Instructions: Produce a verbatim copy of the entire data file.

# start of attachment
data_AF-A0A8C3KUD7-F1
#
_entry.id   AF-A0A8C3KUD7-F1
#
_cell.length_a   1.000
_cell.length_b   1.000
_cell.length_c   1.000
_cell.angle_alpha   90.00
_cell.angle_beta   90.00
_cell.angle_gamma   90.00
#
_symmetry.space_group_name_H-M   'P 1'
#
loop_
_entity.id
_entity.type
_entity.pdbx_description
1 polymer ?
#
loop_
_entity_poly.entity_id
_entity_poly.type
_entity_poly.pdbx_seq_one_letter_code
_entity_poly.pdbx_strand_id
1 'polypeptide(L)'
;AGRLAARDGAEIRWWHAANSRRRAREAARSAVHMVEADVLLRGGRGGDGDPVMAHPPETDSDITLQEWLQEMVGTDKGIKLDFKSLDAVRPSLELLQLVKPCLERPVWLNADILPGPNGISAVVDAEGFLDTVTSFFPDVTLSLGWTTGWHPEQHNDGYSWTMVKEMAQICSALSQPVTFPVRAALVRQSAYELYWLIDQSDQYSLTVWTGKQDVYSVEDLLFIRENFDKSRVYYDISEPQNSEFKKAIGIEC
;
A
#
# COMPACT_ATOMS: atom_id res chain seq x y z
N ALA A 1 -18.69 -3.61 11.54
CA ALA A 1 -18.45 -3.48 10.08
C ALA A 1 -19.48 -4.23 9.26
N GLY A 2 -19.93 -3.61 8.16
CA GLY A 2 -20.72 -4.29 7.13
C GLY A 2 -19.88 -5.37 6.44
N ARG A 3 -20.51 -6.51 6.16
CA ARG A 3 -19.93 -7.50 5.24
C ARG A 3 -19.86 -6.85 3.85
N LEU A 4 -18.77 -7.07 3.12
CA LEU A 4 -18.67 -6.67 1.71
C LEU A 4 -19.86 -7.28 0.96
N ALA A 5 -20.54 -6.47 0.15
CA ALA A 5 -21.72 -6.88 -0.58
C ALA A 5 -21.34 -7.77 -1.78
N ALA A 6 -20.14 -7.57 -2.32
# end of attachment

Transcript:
data_AF-A0A8C3KUD7-F1
#
_entry.id   AF-A0A8C3KUD7-F1
#
_cell.length_a   1.000
_cell.length_b   1.000
_cell.length_c   1.000
_cell.angle_alpha   90.00
_cell.angle_beta   90.00
_cell.angle_gamma   90.00
#
_symmetry.space_group_name_H-M   'P 1'
#
loop_
_entity.id
_entity.type
_entity.pdbx_description
1 polymer ?
#
loop_
_entity_poly.entity_id
_entity_poly.type
_entity_poly.pdbx_seq_one_letter_code
_entity_poly.pdbx_strand_id
1 'polypeptide(L)'
;AGRLAARDGAEIRWWHAANSRRRAREAARSAVHMVEADVLLRGGRGGDGDPVMAHPPETDSDITLQEWLQEMVGTDKGIKLDFKSLDAVRPSLELLQLVKPCLERPVWLNADILPGPNGISAVVDAEGFLDTVTSFFPDVTLSLGWTTGWHPEQHNDGYSWTMVKEMAQICSALSQPVTFPVRAALVRQSAYELYWLIDQSDQYSLTVWTGKQDVYSVEDLLFIRENFDKSRVYYDISEPQNSEFKKAIGIEC
;
A
#
# COMPACT_ATOMS: atom_id res chain seq x y z
N ALA A 1 -18.69 -3.61 11.54
CA ALA A 1 -18.45 -3.48 10.08
C ALA A 1 -19.48 -4.23 9.26
N GLY A 2 -19.93 -3.61 8.16
CA GLY A 2 -20.72 -4.29 7.13
C GLY A 2 -19.88 -5.37 6.44
N ARG A 3 -20.51 -6.51 6.16
CA ARG A 3 -19.93 -7.50 5.24
C ARG A 3 -19.86 -6.85 3.85
N LEU A 4 -18.77 -7.07 3.12
CA LEU A 4 -18.67 -6.67 1.71
C LEU A 4 -19.86 -7.28 0.96
N ALA A 5 -20.54 -6.47 0.15
CA ALA A 5 -21.72 -6.88 -0.58
C ALA A 5 -21.34 -7.77 -1.78
N ALA A 6 -20.14 -7.57 -2.32